Anne Morrow Lindbergh wrote: “One can never pay in gratitude: one can only pay ‘in kind’ somewhere else in life.” Those words and a recent conversation with some graduate counseling students reminded me of how much the growth of our profession relies on that paying in kind.
Not long ago, I was speaking to a class of graduate counseling students. It’s one of my favorite things to do and I always learn something from them. On this particular day, we were talking about making the transition from student to counselor intern. Of course, they had a million questions about all those real life things that we don’t learn in graduate school. A lot of the questions revolved around how to “be a counselor”. These students were well versed in theory and foundations. What they really seemed to be asking about was the “art” of being a counselor. As we talked, one salient point seemed to emerge: in so many ways, we learn the “art” of being a counselor from our mentors, role models, and those who came before us. I didn’t think I shared anything particularly earth-shattering that day, but in the following days I received emails in which it became clear just how powerful the relationship between seasoned professional and emerging counselor can be. One email simply said “you inspired me.” Really? Me?
That experience stayed with me for days and I started thinking about how I learned to “be a counselor”. Aside from academics, I learned from the professionals around me. I learned from my professors. I learned from people I met at conferences and grad student events. I learned from my post-masters supervisor. I learned something from almost every counselor I met. Those early experiences paved the way for the career I was to have. Many of my professional relationships that began in graduate school continue today. All along my journey, others shared with me and I took a piece of their knowledge with me. They were paying it forward each in his or her own way.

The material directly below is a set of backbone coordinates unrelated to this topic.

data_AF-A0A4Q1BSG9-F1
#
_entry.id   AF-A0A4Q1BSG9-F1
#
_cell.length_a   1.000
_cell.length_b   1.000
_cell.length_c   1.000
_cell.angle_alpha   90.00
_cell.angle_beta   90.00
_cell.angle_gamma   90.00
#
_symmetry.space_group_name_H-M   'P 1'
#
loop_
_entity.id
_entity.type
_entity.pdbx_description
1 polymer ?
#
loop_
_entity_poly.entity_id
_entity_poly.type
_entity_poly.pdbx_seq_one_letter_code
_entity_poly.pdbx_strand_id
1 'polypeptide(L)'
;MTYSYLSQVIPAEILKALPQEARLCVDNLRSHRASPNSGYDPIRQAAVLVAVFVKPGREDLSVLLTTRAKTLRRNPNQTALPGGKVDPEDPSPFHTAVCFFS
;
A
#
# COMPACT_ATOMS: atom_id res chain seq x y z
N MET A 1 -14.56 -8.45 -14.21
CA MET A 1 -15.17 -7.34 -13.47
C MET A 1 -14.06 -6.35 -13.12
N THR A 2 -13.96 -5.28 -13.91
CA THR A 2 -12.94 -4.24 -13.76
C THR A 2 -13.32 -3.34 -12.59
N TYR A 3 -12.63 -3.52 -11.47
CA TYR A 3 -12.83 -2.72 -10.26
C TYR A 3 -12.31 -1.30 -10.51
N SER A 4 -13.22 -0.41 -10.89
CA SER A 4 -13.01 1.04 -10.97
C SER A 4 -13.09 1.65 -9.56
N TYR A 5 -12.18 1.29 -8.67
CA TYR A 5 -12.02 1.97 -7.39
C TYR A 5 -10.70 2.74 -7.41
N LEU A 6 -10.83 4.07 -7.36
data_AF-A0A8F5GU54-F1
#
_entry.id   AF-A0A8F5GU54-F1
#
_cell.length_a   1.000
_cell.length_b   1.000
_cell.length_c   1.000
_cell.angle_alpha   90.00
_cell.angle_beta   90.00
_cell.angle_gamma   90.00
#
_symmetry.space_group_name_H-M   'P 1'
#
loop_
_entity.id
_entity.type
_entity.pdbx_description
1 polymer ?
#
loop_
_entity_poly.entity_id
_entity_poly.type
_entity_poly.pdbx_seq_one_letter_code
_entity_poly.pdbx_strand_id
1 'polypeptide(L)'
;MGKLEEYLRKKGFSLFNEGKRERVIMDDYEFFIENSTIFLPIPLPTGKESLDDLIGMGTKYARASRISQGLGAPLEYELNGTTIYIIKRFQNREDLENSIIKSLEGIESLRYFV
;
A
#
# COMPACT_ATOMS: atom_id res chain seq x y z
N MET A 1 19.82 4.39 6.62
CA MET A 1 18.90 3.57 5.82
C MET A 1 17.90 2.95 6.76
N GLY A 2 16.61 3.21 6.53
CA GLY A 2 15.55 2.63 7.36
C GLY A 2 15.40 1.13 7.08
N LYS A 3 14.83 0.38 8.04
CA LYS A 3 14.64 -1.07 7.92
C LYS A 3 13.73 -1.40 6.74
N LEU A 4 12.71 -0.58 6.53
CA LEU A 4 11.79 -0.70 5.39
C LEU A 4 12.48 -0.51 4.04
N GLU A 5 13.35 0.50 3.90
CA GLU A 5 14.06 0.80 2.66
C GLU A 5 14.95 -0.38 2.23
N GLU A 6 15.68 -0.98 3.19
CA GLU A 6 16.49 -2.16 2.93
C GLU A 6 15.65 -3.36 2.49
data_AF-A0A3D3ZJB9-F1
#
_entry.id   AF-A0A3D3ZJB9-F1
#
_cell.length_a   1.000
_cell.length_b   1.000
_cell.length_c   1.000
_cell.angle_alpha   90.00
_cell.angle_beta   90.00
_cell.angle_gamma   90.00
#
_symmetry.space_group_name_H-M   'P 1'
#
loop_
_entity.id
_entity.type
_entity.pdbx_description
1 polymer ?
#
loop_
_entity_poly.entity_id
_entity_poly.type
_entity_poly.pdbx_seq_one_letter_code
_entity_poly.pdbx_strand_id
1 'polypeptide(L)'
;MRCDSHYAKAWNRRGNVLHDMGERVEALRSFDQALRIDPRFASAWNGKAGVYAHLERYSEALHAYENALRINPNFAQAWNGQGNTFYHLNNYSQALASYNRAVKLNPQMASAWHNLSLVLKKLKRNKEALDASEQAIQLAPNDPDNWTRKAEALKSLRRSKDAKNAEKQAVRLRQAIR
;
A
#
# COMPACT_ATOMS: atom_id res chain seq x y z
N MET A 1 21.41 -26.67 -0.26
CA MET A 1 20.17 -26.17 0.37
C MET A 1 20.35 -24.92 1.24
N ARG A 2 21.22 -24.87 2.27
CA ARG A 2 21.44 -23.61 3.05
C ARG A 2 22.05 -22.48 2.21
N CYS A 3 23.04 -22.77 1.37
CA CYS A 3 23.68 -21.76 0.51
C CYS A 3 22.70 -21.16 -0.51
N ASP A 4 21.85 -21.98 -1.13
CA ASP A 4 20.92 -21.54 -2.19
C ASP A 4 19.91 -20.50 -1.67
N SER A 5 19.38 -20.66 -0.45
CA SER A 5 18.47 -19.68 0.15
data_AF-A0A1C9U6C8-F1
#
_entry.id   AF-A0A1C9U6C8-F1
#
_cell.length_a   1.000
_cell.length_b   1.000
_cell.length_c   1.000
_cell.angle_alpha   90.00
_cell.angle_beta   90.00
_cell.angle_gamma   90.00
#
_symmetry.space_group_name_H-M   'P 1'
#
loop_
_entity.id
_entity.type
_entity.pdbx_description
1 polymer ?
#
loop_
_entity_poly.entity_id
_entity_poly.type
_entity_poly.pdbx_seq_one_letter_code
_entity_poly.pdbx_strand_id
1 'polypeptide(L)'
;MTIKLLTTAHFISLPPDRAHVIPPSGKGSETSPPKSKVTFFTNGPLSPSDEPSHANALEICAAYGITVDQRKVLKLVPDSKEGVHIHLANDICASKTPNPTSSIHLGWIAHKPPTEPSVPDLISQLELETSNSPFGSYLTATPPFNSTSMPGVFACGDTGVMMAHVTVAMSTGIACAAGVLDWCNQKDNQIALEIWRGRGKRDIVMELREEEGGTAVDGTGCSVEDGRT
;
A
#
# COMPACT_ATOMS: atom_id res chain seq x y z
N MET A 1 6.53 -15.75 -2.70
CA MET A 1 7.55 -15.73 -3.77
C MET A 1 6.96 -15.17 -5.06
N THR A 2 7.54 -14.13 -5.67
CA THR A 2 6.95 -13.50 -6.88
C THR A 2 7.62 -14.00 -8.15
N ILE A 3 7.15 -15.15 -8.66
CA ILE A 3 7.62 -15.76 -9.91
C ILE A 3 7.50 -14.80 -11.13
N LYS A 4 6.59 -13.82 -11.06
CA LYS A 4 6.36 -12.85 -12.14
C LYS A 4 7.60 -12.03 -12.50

Our profession relies on both the wisdom and experience of the seasoned professional and the optimism and energy of the emerging counselor. It is a mutually beneficial relationship that keeps us growing as individuals and as a profession. I think most of us pay it forward in many ways but don’t always recognize it as such. It may be as a counselor educator, a mentor, a supervisor, or simply sharing a bit of knowledge or time. Remembering those who inspired me has reminded me of the things I can do to pay it forward. Who inspired you? How do you pay it forward? I hope you’ll share. You never know when you will be the one to inspire a new counselor!
Dawn Ferrara is a counselor in private practice and clinical manager for a community-based children’s mental health program. Her areas of interest include disaster mental health counseling, lifestyle management, and counselor wellness.